THe film has a high sensitivity for red light, so it is around 320-400 in articial light, but only 200-250 ASA in normal daylight, this was marked in the Forte instructions which came with the film. So develop that film at the given times for first trials but set film speed to 200-250 ASA - as recommended.
    For 35 mm film I would recommend Calbe A 49 or for grainny results Forte FMH 4175 with 800-1000 ASA.
    Unlike Tri-X and HP5+ Forte 400 does not push well to 1600.

    Kind regards,

    Wolfram
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  7. #7

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    I've done some 4x5 test shots with J&C 400. EI 200 looks about right to me. For comparison, I rate HP5 at 400. (I picked up the J&C 400 as an alternative to HP5, which is my primary film.) Those EIs are for development with DDX.

    Chris

  8. #8
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    For palladium contact printing in 5x7 size developed in pyrocat HD 2:2:100 I rate this film at 640.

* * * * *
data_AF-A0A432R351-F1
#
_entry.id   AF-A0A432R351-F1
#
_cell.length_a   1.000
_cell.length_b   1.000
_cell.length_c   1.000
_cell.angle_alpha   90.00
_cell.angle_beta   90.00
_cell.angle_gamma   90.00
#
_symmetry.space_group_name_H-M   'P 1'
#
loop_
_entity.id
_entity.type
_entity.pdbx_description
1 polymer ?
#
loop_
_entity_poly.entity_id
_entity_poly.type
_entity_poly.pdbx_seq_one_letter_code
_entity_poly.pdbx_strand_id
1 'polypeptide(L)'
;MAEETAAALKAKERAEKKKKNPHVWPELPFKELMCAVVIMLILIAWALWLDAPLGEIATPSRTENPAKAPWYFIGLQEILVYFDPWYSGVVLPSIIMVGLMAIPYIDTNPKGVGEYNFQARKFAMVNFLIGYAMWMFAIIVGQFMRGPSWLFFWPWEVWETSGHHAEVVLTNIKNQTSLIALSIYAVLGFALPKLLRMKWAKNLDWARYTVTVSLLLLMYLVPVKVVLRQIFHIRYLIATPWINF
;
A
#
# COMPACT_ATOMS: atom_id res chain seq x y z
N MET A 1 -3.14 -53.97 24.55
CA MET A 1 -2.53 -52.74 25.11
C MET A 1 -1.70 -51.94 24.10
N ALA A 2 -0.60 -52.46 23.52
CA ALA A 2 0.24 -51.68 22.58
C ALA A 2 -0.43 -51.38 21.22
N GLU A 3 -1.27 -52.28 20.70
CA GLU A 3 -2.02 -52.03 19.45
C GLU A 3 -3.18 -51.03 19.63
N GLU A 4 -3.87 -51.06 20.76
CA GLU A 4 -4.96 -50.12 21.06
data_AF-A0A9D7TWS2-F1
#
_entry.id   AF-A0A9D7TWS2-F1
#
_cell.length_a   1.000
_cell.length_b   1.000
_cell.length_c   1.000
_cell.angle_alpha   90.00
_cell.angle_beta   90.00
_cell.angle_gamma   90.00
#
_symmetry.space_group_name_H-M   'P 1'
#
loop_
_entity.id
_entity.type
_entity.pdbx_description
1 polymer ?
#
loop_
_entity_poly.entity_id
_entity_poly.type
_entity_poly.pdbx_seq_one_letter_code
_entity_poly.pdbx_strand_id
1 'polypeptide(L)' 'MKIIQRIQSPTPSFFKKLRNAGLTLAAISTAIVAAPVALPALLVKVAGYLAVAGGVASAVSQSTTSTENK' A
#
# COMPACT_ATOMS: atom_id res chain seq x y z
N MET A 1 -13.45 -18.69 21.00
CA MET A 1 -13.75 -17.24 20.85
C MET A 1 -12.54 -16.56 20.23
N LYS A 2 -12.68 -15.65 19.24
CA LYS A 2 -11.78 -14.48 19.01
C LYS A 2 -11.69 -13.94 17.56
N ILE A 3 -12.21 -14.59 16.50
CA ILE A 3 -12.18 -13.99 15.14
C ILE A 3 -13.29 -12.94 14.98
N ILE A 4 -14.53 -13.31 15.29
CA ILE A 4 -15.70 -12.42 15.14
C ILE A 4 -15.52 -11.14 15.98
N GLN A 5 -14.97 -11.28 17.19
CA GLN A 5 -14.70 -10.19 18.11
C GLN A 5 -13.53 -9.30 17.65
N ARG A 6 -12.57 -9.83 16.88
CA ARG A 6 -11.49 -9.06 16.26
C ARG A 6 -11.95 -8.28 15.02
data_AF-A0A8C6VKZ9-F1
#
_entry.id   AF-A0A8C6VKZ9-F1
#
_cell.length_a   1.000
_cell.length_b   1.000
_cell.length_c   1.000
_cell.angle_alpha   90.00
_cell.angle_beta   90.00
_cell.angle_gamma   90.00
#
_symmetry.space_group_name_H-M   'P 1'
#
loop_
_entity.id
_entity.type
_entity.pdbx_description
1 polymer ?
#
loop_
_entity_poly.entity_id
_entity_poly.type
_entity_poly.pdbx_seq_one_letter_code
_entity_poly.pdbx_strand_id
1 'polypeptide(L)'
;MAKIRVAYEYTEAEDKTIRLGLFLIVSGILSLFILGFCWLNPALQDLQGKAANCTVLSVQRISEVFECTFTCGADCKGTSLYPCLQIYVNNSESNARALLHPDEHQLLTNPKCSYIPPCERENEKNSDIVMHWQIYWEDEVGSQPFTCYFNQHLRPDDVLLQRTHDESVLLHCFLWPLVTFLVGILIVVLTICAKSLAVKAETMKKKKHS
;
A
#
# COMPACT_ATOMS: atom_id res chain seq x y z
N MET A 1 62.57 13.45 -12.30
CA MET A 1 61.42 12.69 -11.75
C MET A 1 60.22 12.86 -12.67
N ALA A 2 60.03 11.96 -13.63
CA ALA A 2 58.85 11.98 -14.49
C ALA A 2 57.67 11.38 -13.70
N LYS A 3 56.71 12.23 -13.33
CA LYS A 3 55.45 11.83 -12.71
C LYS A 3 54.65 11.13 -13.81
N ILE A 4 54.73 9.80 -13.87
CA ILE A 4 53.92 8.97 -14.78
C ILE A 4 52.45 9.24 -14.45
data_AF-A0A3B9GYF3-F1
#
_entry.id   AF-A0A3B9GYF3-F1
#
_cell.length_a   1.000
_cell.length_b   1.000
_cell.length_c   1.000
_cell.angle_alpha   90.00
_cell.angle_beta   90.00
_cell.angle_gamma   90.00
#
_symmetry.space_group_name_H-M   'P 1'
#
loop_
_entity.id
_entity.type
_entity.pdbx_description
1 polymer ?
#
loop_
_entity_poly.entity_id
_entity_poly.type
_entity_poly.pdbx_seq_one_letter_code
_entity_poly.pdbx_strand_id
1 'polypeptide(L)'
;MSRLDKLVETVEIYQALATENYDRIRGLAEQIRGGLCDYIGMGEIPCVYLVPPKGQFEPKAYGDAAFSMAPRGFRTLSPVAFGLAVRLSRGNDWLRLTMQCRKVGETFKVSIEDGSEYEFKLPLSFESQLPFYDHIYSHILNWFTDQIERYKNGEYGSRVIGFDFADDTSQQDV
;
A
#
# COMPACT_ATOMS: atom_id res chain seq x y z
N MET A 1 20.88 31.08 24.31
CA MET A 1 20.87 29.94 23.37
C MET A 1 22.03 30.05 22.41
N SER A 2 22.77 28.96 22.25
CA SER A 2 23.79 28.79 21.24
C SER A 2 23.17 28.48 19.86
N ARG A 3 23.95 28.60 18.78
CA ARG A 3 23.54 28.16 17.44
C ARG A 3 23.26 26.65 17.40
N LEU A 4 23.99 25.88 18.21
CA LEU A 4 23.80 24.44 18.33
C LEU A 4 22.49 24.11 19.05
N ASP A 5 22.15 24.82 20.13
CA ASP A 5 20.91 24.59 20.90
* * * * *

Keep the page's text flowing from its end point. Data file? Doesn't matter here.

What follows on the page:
Let's see what I've got in the magic trash can for Mateo!

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  9. #9

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    What is DDX?


    Kev

  10. #10
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    Just to add to this discussion.. I tried EI testing last night with Rodinal 1:50. The film seems to be exhausting the developer much too quickly. For Zone VIII (75F), at 9 minutes the density fell short at .97.. I increased time for second trial to 11 minutes.. density came out to 1.0. Increased once again to 13.5 min!!!! yet density still 1.07. I know for a fact that I didn't do anything wrong, since Zone I's density increased accordingly.

    I will be redoing my test this week with 1:25 dilution this time. Hopefully with better luck.

    Andy
    Money is not the problem. The problem is, I don't have any.